withdrawl amounts

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L1: withdrawl amountsI am trying to set up a 72t systematic withdrawal from a 403b contract for a 51 year old client (who hasseparated from service) with a major insurance company, and they are suggesting that the calculated amount (annuity factor method) is but the upper limit on a “range” of possibilities; i.e. “you need to pick a number at, or below, the calculated amount”.I have always operated under the assumption that the number is the number; why else have 3 different acceptable methods, resulting in a ‘range’ of potential amounts? If the insurance company is correct (which I dispute), there would only need to be 1 calculation method, establishing a maximum withdrawal, allowing the account holder to “pick a number” below the maximum.I base my conclusions on another 72t I set up for a different client with an IRA, invested with a mutual fund family. We calculated how much income the client needed, did the 72t calculations, extrapolated the amount of his IRA would produce the desired 72t income target, then split his IRA accordingly into 2 IRAs, taking the 72t withdrawals from only 1 IRA.Thank you,[email protected] 14:52, By: Dick, IP: []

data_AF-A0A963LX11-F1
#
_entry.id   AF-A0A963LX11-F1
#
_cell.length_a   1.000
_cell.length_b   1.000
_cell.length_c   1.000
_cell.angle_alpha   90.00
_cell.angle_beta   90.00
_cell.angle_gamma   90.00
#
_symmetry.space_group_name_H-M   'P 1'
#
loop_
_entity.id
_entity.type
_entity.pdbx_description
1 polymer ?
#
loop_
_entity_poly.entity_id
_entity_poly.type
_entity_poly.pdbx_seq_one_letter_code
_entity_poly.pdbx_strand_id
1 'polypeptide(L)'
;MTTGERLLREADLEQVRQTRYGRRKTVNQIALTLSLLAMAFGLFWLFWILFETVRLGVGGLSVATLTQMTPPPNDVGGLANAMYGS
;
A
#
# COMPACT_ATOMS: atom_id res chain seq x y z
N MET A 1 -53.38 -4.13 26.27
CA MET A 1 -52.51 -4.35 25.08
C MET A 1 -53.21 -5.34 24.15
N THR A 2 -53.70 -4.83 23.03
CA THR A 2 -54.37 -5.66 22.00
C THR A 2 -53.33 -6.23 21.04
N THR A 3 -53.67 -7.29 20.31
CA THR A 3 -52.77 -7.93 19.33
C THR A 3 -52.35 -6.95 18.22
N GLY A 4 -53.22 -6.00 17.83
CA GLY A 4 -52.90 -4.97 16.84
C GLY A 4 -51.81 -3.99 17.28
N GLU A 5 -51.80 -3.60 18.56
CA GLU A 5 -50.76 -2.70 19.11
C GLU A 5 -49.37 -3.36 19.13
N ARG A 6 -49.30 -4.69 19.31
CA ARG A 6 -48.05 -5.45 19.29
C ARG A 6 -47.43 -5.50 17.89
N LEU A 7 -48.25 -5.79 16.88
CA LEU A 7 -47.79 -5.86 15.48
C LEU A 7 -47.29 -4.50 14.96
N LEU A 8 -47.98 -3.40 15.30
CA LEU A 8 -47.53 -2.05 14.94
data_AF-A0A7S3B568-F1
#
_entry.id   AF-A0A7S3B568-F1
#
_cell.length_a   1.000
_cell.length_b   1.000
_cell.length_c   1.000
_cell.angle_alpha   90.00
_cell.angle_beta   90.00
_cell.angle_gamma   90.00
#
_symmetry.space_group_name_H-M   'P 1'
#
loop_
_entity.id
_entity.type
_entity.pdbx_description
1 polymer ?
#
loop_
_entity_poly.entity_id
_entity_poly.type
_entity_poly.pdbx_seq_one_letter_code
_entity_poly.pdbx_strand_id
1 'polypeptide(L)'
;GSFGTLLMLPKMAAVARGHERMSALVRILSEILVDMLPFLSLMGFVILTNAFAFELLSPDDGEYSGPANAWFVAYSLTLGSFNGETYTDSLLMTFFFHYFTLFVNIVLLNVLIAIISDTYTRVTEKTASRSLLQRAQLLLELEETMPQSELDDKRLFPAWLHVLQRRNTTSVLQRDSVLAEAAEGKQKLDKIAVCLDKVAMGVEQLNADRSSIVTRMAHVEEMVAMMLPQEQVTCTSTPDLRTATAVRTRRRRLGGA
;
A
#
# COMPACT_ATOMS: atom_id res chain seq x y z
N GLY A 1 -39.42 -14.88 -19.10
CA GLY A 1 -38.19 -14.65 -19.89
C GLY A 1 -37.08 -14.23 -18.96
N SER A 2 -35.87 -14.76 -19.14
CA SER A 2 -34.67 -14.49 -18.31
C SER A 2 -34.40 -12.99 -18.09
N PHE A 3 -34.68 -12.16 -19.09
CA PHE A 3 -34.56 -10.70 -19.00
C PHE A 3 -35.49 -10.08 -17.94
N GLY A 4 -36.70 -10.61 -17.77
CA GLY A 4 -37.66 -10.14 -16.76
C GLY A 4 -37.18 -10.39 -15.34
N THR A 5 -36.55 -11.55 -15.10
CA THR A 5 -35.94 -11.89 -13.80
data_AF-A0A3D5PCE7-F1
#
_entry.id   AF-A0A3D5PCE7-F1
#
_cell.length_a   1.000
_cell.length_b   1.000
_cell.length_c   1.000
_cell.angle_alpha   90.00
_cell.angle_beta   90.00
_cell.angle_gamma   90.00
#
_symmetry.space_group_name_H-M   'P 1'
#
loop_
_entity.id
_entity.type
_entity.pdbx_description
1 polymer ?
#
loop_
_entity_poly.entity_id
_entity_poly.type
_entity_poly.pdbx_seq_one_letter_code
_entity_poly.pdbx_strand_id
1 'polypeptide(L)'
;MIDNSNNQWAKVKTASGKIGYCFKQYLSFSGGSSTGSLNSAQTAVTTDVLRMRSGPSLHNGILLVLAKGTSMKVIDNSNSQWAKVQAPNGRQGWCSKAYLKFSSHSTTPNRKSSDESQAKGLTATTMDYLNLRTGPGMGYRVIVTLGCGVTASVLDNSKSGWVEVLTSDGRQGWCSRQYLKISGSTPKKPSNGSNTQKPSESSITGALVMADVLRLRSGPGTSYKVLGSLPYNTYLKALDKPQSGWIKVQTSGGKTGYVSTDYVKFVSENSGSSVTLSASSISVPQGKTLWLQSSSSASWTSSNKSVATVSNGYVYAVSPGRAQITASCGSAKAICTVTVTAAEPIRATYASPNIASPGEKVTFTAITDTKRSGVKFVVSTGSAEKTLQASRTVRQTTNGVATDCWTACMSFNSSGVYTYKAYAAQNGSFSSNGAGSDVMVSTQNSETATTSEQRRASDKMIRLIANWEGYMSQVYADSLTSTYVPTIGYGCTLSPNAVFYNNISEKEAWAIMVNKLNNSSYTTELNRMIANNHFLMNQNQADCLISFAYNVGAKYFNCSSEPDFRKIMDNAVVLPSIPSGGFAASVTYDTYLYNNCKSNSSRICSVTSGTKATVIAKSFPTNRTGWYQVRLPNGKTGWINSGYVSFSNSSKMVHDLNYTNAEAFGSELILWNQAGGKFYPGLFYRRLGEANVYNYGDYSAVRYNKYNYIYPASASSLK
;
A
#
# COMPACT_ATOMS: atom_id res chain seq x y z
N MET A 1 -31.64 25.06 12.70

L2: withdrawl amountsYou are right – the number is the number – there really isn’t anything like a “range” – the annual distribution amount must be withing about 50 cents of the calculated annual amount. The amortization method will “always” produce the highest distribution based on the same set of assumptions.2010-07-24 15:29, By: Gfw, IP: []